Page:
“Do Not Destroy or Otherwise Dispose of the Paddle”

It used to be at least semi-official

That’s my favorite detail in a story that is for the most part just sordid, not that I’m above posting the sordid but I prefer the absurd.

“Astonishingly sordid” will work too, though.

According to NBC News, an Arkansas judge resigned yesterday after learning that investigators had recovered a few embarrassing images from his computer. By “few” I mean “well over 4,000,” and by “embarrassing” I mean they (in NBC’s words) “depicted nude male defendants.”

Nude! Male! Defendants! was a headline I considered but rejected.

Joseph Boeckmann, who was a part-time judge in Cross County, Arkansas, has apparently been under investigation for some time, accused of handing out reduced sentences in exchange for, well, let’s call it “community service.” Because that’s what he called it:

In documents filed earlier this year, the commission detailed the allegations of several men—including one under 18—who described appearing in Boeckmann’s court for minor violations. The judge would often give defendants his hand-written phone number and have them serve what he described as “community service” at his home.

I’m sure the irony that minor violations may have been involved at both locations is not lost on you, a reader of Lowering the Bar, but I’ll go ahead and point it out anyway.

The judge initially claimed, in fact, that the photos were used only “to corroborate participation in community service,” although we can be pretty confident those were not the same photos that were recently discovered on his home computers. Because those photos tended to depict, well, nude male defendants “bending over after an apparent paddling,” as described in a letter to the judge’s lawyer from the director of the Arkansas Judicial Discipline and Disability Commission. The letter went on to note that the implement used was likely to be important evidence, and should be preserved:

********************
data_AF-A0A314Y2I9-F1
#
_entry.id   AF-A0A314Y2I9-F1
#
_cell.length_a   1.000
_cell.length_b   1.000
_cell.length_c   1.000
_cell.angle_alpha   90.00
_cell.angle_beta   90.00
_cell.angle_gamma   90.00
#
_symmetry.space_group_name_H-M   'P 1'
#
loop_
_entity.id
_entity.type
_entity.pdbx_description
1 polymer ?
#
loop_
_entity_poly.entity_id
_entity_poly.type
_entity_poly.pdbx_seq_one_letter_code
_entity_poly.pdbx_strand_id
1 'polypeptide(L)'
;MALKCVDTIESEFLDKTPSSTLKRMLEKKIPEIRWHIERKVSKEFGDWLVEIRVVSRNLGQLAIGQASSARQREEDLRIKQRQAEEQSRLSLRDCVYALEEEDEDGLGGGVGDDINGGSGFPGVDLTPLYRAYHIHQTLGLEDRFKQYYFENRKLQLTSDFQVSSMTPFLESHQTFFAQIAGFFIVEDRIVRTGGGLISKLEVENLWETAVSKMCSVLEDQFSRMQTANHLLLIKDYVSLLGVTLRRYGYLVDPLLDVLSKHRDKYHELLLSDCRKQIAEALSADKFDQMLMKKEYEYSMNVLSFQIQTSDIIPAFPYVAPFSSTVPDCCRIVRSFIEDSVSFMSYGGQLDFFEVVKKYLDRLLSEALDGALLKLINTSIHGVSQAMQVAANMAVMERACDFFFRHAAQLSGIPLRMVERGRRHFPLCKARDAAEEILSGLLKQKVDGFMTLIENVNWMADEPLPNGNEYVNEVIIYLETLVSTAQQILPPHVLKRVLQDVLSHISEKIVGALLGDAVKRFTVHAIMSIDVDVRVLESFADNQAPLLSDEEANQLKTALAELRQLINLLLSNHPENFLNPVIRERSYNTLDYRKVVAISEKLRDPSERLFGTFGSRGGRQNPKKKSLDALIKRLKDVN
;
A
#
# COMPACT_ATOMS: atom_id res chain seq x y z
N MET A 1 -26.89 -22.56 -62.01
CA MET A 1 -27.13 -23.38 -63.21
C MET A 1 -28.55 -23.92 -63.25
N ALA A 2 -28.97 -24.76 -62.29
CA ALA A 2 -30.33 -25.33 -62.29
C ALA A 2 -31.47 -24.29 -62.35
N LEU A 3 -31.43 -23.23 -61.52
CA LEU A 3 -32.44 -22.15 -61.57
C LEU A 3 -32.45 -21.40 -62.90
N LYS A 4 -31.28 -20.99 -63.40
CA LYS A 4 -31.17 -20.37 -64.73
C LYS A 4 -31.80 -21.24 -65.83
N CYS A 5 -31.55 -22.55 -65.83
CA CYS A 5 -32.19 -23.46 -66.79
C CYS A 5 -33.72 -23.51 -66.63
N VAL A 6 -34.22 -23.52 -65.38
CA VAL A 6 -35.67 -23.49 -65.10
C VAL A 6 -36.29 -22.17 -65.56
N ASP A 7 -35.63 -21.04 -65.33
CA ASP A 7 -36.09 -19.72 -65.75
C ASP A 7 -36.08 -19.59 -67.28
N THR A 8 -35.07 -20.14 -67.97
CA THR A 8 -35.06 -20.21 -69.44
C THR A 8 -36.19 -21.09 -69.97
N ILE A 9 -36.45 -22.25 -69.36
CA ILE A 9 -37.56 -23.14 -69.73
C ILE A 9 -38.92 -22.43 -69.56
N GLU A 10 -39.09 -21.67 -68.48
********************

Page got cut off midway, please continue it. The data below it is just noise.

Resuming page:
The paddle appears in photographs and has been identified by witnesses as belonging to the judge. Please accept this as notice to your client to not destroy [or] otherwise dispose of this paddle or other devices used to cause the red marks in the photographs. We will be issuing a subpoena duces tecum for your client in the upcoming weeks and he should expect to have to produce said items whether he testifies or not.

Again, I might not have posted this one except that it seems unlikely there have been many letters warning a potential defendant against paddle spoliation. But if you ever need a template, here you go.

Boeckmann’s resignation will end the Commission’s jurisdiction over him, so the eight ethics charges currently pending will be dismissed. But he will almost certainly be criminally prosecuted for the conduct involving minors and for essentially extorting “community service” from people who were facing charges if they didn’t comply. According to some of the documents in the file, which is linked in this report (warning: contains descriptions of extreme creepitude), Boeckmann’s modus operandi has been consistent for decades, not just as a judge but before that as a deputy prosecutor. That is a major abuse of power that could result in some serious jail time if he’s convicted.

With 4,500 photos and quite a few witnesses available, it seems unlikely they would actually need the paddle (or “other devices”), to be honest. But it was a nice touch to remind him not to destroy it. That could get him in big trouble.